Thursday, March 06, 2014

How To Stay Inspired When Your Job Is To Inspire Others

Quis custodiet ipsos custodes?

Plato famously asked this question in The Republic, the translation of which is, who will guard the guards?

What’s interesting is, we all have our own version of this question. And for leaders and creators and communicators, the one that weighs us down is usually, how do I stay inspired when my job is to inspire others?

You recalibrate the soul. You carve a path back to yourself.

And there are unlimited techniques and practices and rituals for doing so. The experience of inspiring and reinspiring yourself is based on each of our unique preferences and passions and predispositions.

I’d like to share a few of my own, in the hopes that they might inspire yours:

Find and pull your triggers for joy.
Once upon a time, I used read books just to read books. But when I became an author, reading turned into work. If a book was open, I wasn’t just reading the words; I was trying to deconstruct the architecture and opportunities around them. So I decided to start reading fiction before bedtime. Mostly dystopian epics and gothic thrillers with female protagonists. And what I found was, these books transported me to another place where I didn’t have to work. I could just relax and let the words wash over me. By doing so daily, it created a space where I don't feel obligated to do anything other than just soak it all in.

Do you have a personal haven that gives you sustenance from the act itself and puts you back together?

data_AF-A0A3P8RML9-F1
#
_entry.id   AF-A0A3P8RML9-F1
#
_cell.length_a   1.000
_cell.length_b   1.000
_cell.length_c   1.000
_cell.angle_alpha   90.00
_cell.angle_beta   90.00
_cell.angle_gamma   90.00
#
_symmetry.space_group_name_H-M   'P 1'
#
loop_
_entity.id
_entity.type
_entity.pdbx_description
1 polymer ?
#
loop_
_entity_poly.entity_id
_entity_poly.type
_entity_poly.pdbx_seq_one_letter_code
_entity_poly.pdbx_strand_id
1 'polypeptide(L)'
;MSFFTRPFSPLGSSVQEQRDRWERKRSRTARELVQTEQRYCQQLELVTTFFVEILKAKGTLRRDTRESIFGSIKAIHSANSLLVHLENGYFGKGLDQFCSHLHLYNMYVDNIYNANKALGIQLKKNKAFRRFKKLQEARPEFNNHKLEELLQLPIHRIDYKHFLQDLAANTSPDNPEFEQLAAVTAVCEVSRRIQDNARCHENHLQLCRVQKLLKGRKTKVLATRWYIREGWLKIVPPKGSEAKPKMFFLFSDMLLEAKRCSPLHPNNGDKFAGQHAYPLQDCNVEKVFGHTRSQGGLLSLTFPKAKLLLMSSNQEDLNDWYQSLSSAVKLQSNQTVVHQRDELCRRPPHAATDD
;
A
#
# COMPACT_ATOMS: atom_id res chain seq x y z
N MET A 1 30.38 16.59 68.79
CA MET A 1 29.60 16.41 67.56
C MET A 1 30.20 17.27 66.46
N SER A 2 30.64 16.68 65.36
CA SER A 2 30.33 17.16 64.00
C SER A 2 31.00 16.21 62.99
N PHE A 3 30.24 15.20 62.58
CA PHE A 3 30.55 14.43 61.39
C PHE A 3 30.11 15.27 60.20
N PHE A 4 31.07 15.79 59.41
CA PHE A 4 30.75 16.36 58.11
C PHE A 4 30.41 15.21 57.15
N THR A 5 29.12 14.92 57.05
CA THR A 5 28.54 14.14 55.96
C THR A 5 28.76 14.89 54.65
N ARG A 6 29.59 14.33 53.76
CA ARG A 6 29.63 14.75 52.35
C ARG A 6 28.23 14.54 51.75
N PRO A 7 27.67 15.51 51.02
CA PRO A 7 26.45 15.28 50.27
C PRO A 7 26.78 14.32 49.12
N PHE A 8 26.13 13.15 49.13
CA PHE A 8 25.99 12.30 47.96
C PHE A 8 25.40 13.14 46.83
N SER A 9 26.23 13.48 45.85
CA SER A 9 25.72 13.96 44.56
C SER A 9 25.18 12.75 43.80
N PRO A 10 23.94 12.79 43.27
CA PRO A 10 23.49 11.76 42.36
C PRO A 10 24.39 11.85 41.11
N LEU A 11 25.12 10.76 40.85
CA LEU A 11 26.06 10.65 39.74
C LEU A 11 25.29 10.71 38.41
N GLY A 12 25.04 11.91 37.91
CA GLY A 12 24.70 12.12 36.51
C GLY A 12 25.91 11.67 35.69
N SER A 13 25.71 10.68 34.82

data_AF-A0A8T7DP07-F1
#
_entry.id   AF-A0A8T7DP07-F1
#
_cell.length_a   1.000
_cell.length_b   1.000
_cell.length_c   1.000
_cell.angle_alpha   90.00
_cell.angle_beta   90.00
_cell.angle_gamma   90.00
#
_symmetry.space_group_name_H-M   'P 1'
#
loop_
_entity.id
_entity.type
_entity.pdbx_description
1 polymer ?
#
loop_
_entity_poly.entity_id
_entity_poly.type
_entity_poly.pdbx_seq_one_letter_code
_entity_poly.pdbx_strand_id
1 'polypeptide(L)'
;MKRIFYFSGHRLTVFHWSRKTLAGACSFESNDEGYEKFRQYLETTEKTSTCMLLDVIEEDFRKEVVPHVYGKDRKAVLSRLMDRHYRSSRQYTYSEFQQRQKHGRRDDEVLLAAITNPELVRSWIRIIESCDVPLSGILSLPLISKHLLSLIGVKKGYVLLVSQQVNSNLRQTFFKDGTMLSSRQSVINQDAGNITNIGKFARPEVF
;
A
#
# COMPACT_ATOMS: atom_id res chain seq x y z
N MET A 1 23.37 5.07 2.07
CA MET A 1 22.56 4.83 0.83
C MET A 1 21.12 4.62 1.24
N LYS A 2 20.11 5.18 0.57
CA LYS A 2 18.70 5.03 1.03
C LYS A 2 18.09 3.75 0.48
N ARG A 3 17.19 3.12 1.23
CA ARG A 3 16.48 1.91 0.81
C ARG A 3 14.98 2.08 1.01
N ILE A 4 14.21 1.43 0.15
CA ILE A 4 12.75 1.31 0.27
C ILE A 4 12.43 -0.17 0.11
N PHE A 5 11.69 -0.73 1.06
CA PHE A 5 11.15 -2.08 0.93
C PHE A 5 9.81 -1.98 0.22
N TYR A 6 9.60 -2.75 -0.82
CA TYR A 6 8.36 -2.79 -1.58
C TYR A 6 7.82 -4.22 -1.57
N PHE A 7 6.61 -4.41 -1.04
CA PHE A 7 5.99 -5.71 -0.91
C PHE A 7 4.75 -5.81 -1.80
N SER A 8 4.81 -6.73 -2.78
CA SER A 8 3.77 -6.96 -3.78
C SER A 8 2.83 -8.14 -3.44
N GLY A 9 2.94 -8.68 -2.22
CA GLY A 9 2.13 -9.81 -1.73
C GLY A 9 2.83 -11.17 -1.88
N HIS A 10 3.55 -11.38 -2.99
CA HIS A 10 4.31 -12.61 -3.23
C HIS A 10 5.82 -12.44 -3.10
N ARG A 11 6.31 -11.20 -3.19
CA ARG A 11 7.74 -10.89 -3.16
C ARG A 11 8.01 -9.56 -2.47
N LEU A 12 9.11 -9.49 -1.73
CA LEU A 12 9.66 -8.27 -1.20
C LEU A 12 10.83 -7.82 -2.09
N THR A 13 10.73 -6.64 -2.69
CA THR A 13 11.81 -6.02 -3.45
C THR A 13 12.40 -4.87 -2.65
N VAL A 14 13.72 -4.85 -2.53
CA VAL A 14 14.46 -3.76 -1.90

Find a filter to process your experiences.
My yoga practice isn’t just a great physical workout; it’s also routine of confronting and working through my emotions. And maybe it’s because the room is a hundred degrees. Maybe it’s because I’m half naked. Maybe it’s because I'm staring at myself in the mirror for ninety minutes and I have no choice but to work through my own issues. But after a few postures, any feelings and emotions and inner struggles that need to be dealt with, are.

Do you have a familiar place you go when you’re feeling scared or anxious or confused or overwhelmed and need to make sense of the world?

Find a way to burn calories instead of being sad.
I’ve had my bouts with anxiety, stress, unhappiness and disappointment. Even a few bonafide panic attacks. But the interesting thing is, every time I get busy burning calories, working hard, moving my body, making meaning, helping others, taking care of my family, actively engaging with my community, spending time with friends and working on the project of building a life, I notice that I no longer have time to be depressed. Because when we start making meaning instead of monitoring moods, life gets a lot less depressing and lot more inspiring.

Do you have a highly human experience, free of the existential torrents of life, which gives you cognitive richness and psychic nourishment?

Find a way to cocreate.
Historically, I’ve always worked alone. Mainly because it’s faster, cheaper and I’m a total control freak who doesn’t play well with others. But after about fifteen years, it gets hard to be creative alone. Like playing basketball without a backboard. And so recently, I started collaborating on a creative project with another artist. Turns out, the regularity of human bonding diversifies your creative reservoir in new and exciting ways that sitting alone in a living room never could. When you reach out and cocreate with someone, you're expanding your brain's repertoire and getting new wiring out of it. And that’s the beauty of collaborative work. It doesn’t help you find your voice; it helps you lose it. Because whatever you do together makes the work different.

Do you know how to discover your own kind and connect with kindred spirits through a shared culture?

Find a way to reconnect to your original joy.